Old Charter

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Old Charter Bourbon whiskey
Old Charter.png
Post-2014 labeling
Type Bourbon whiskey
Manufacturer Sazerac Company
Country of origin Kentucky, United States
Introduced 1874
Alcohol by volume 40.00%
Proof (US) 80
Related products Buffalo Trace

Old Charter is a brand of bourbon whiskey distilled in Frankfort, Kentucky at the Buffalo Trace Distillery, a part of the Sazerac Company.[1][2] The whiskey is no longer aged 8 years, despite the claim on the label that it "is gently matured for eight seasons in century old brick warehouses." In 2018 Sazerac is facing a class action false advertising lawsuit because of the claim on the label.[3]

Early history[edit]

The Old Charter brand was established in 1874 by Adam and Benjamin Chapeze, brothers operating under the name A. B. Chapeze, who were operating a distillery on the Bardstown branch of the L&N Railroad.[4][better source needed] Ben Chapeze[who?] traveled and pushed the brand and made it well known while his brother Adam managed the operation. Eventually sales were assigned under contract to Wright & Taylor, a Louisville wholesale house operated by John J. Wright and Marion E. Taylor.

After prohibition[edit]

Pre-2014 labelling

In 1933, the Bernheim distillery acquired the Old Charter Brand and all of its bourbon stock from Wright & Taylor, but did not start selling the brand using that stock until the stock was fully aged for bond in 1937.[5][better source needed] Wright and Taylor also used the Old Charter brand name for their remaining pre-prohibition bourbon stock. In 1937, the two majority owners of Bernheim, Gerngross and Schwarzhaupt, sold out to Schenley Distilleries. The brand names sold at that time included Old Charter, Cascade, and Echo Springs.[6][better source needed] In 1974, the 1,000,000th barrel of Old Charter was bottled and a case was given by the Governor of Kentucky (Wendell Ford) to the Governor of Texas (Dolph Briscoe) as a gift.[7][better source needed] In 1987, United Distillers acquired Schenley. In 1999, the Old Charter brand was purchased by the Sazerac Company from Diageo.[8][9]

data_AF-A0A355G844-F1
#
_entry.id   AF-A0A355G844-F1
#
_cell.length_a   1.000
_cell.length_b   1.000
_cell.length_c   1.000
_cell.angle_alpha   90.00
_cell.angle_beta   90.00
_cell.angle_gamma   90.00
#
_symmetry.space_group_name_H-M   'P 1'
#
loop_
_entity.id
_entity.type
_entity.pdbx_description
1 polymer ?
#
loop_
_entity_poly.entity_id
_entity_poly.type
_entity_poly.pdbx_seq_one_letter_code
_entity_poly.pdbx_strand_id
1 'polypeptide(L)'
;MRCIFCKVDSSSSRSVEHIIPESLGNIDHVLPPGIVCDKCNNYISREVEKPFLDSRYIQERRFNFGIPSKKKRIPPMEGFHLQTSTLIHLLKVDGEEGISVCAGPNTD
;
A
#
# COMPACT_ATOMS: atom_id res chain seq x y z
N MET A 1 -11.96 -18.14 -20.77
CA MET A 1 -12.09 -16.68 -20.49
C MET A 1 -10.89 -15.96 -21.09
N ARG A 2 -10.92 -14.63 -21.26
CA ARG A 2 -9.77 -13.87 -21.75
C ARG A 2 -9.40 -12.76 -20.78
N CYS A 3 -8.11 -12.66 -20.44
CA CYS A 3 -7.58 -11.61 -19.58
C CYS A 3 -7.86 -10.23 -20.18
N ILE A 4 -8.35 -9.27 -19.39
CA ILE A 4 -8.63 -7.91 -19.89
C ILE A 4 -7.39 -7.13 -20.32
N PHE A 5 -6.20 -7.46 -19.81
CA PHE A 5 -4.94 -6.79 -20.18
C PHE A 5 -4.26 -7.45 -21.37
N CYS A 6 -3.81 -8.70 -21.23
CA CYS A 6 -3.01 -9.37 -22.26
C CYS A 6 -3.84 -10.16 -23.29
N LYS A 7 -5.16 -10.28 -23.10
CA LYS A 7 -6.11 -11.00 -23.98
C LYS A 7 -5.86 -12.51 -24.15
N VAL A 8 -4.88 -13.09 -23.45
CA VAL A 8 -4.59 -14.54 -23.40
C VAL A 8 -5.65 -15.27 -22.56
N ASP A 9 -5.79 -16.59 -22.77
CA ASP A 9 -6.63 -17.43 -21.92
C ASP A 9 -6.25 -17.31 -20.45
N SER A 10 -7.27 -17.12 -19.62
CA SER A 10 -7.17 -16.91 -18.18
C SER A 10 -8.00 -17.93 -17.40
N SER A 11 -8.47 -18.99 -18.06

False advertising suit[edit]

Until January 2014 Old Charter sold a product that was aged 8 years and displayed "aged 8 years" prominently on the label, as well as stating that the whiskey "is gently matured for eight seasons in century old brick warehouses."

In January 2014 the product was reformulated using "non-age stated" (NAS) bourbon. In place of "aged 8 years" the label simply printed a large 8. The phrase "is gently matured for eight seasons in century old brick warehouses" was also retained.[3]


  1. ^ Buffalo Trace official web site.
  2. ^ "Great Bourbon" web site of the Sazerac Company
  3. ^ a b Sorini, Marc E. (February 20, 2018). "District Court Issues Opinion in Old Charter Bourbon False Advertising Class Action". National Law Review. Retrieved February 24, 2018. 
  4. ^ Liquor Store Magazine, February, 1970.
  5. ^ Bourbon Information Bureau Booklet.
  6. ^ U D Archives, Uncataloged Item, compiled by Michael Veach.
  7. ^ What's New at Schenley, November 1973.
  8. ^ "Sazerac Completes Acquisition of Weller and Charter Brands" (Press release). PRNewswire. April 28, 1999. Retrieved August 2, 2010. 
  9. ^ Sazerac Company official web site